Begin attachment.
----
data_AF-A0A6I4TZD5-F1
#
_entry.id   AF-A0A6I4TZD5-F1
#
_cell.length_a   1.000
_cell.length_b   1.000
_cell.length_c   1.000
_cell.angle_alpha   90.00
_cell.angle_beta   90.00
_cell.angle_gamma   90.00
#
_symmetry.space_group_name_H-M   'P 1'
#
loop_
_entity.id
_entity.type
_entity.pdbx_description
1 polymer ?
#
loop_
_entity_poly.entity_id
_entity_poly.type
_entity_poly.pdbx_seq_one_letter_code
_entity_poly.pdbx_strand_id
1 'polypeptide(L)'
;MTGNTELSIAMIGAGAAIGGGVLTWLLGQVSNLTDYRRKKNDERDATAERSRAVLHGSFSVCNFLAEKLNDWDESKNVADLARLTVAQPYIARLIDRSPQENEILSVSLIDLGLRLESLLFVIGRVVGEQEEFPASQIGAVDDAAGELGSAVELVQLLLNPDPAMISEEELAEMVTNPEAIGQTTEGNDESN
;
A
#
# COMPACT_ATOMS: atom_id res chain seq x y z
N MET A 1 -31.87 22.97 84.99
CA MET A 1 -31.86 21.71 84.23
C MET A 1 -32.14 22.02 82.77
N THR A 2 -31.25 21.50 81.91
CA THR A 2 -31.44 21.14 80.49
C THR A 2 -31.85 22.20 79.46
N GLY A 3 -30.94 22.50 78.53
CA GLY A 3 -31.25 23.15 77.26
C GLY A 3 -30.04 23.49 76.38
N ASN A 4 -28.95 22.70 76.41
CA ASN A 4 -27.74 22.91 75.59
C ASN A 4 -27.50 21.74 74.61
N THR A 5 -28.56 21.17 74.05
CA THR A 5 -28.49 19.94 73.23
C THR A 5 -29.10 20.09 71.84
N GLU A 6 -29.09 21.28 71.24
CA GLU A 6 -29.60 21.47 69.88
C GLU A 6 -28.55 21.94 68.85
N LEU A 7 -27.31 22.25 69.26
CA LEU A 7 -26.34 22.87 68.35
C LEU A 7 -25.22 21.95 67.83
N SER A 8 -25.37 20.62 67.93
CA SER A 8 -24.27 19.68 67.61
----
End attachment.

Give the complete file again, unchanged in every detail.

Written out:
data_AF-A0A6I4TZD5-F1
#
_entry.id   AF-A0A6I4TZD5-F1
#
_cell.length_a   1.000
_cell.length_b   1.000
_cell.length_c   1.000
_cell.angle_alpha   90.00
_cell.angle_beta   90.00
_cell.angle_gamma   90.00
#
_symmetry.space_group_name_H-M   'P 1'
#
loop_
_entity.id
_entity.type
_entity.pdbx_description
1 polymer ?
#
loop_
_entity_poly.entity_id
_entity_poly.type
_entity_poly.pdbx_seq_one_letter_code
_entity_poly.pdbx_strand_id
1 'polypeptide(L)'
;MTGNTELSIAMIGAGAAIGGGVLTWLLGQVSNLTDYRRKKNDERDATAERSRAVLHGSFSVCNFLAEKLNDWDESKNVADLARLTVAQPYIARLIDRSPQENEILSVSLIDLGLRLESLLFVIGRVVGEQEEFPASQIGAVDDAAGELGSAVELVQLLLNPDPAMISEEELAEMVTNPEAIGQTTEGNDESN
;
A
#
# COMPACT_ATOMS: atom_id res chain seq x y z
N MET A 1 -31.87 22.97 84.99
CA MET A 1 -31.86 21.71 84.23
C MET A 1 -32.14 22.02 82.77
N THR A 2 -31.25 21.50 81.91
CA THR A 2 -31.44 21.14 80.49
C THR A 2 -31.85 22.20 79.46
N GLY A 3 -30.94 22.50 78.53
CA GLY A 3 -31.25 23.15 77.26
C GLY A 3 -30.04 23.49 76.38
N ASN A 4 -28.95 22.70 76.41
CA ASN A 4 -27.74 22.91 75.59
C ASN A 4 -27.50 21.74 74.61
N THR A 5 -28.56 21.17 74.05
CA THR A 5 -28.49 19.94 73.23
C THR A 5 -29.10 20.09 71.84
N GLU A 6 -29.09 21.28 71.24
CA GLU A 6 -29.60 21.47 69.88
C GLU A 6 -28.55 21.94 68.85
N LEU A 7 -27.31 22.25 69.26
CA LEU A 7 -26.34 22.87 68.35
C LEU A 7 -25.22 21.95 67.83
N SER A 8 -25.37 20.62 67.93
CA SER A 8 -24.27 19.68 67.61